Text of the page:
The Institute of Directors in South Africa (IoDSA) and Cosatu have welcomed the tabling of the Companies’ Amendment Bills tabled in Parliament this week intended to keep corporate SA Inc on its toes.
“These are progressive and long overdue Bills. They will be powerful weapons in the fight against corporate sector corruption and help begin nudging the private sector towards a more equitable and just wage structure for South Africa,” the union said this week.
On Tuesday Minister of Trade, Industry and Competition, Ebrahim Patel, outlining the key elements of the two bills, said, “Company law should be clear, user friendly, consistent with well-established principles and not be over-burdensome on business. This is important to attract investors and for the efficient and effective conduct of the domestic economy and job creation.”
He said a number of amendments sought to advance this objective, through providing legal certainty where these did not currently apply, providing greater flexibility to companies in certain circumstances, or removing unnecessary provisions in the Act.
The first bill, titled the ‘Companies Amendment Bill, 2023’ addresses these and other administrative matters. The bill covers, among others, the period within which a notice of amendment of a company’s Memorandum of Incorporation takes effect, empowering the courts to regularise an allotment or issuing of shares that is technically invalid, where good reason exists, as well as provisions dealing with share buy-backs, financial assistance from a holding company to its subsidiary, appointment of auditors and reducing the types of companies subject to the mandate of the Takeover Regulation Panel’s jurisdiction.
It provides for a number of changes that would remove administrative burdens from smaller and medium businesses, such as the requirement to file annual financial statements with the Companies and Intellectual Property Commission (CIPC) and filings with the Takeover Regulation Panel.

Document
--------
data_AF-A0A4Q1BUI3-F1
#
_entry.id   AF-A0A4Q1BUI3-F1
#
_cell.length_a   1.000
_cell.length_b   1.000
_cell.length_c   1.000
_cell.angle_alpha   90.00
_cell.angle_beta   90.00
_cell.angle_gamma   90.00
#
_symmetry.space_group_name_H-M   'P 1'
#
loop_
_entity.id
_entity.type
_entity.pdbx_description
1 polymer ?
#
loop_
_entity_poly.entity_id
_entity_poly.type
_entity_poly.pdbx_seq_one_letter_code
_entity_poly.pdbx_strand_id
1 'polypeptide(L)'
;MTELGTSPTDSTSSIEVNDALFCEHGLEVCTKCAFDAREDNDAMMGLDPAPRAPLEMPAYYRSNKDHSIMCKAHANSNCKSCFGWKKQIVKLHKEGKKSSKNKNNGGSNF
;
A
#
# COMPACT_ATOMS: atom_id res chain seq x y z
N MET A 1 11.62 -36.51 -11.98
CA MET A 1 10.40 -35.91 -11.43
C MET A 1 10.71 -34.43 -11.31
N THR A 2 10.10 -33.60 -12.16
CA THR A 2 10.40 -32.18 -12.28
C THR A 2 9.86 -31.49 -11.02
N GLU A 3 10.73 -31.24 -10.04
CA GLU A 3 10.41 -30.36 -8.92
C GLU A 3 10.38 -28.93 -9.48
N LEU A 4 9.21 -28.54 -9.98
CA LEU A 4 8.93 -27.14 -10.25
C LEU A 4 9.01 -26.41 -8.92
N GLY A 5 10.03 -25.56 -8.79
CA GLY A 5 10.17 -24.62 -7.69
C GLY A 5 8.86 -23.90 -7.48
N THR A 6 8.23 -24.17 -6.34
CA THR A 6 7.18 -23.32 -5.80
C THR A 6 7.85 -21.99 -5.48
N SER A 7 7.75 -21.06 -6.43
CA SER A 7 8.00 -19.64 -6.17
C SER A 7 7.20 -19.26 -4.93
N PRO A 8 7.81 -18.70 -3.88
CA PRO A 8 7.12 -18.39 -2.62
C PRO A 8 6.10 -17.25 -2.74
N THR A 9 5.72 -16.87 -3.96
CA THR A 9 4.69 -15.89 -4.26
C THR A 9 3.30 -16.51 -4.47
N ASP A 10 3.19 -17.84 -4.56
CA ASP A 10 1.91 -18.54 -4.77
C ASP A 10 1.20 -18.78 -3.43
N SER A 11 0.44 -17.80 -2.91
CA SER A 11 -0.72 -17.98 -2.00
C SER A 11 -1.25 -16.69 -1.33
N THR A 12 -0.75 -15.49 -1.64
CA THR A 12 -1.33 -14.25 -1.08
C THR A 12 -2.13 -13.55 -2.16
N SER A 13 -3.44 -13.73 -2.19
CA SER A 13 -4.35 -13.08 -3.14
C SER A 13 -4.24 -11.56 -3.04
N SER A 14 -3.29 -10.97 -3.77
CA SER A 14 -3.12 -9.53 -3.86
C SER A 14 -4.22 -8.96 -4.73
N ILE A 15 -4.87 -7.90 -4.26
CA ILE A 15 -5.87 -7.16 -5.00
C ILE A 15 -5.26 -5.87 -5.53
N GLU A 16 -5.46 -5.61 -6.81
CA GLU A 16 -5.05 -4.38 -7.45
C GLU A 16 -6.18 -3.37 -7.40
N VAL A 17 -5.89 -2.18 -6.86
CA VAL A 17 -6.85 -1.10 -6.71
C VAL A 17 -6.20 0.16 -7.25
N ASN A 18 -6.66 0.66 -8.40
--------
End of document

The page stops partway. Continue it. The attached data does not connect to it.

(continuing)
The second bill, named as the ‘Companies Second Amendment Bill’, 2023, provides for action that can be taken to declare directors delinquent, with a proposal to extend the current time bar of two years to five years, or such longer period that a competent court may decide.
The time bar proposal emanates from the Zondo Commission’s recommendations relating to directors of companies implicated in state capture. It also provides for courts to increase the time bar in relation to claims for damages applicable to directors for breaching their fiduciary duties and duties of care, skill and diligence as well as certain statutory duties.
Professor Parmi Natesan, the CEO of the IoDSA, said IoDSA welcomed the proposed amendment to section 162 of the Companies Act.
She said this related to the extension of the time limit within which a director might be declared delinquent by the courts, extending from two years to give years, with potential for further extension beyond this period under justifiable circumstances.
“This revision opens up the opportunity for potential liability and sanction, even where a director’s misconduct is not promptly evident, and only comes to light at a later stage. The allowance for an extended time frame upholds the principles of justice and accountability,” Natesan said.
Having said that, it was worth also noting that proceedings involving director delinquency claims were complex, time-consuming and costly; hence “we do not see near as many delinquency rulings as we should”.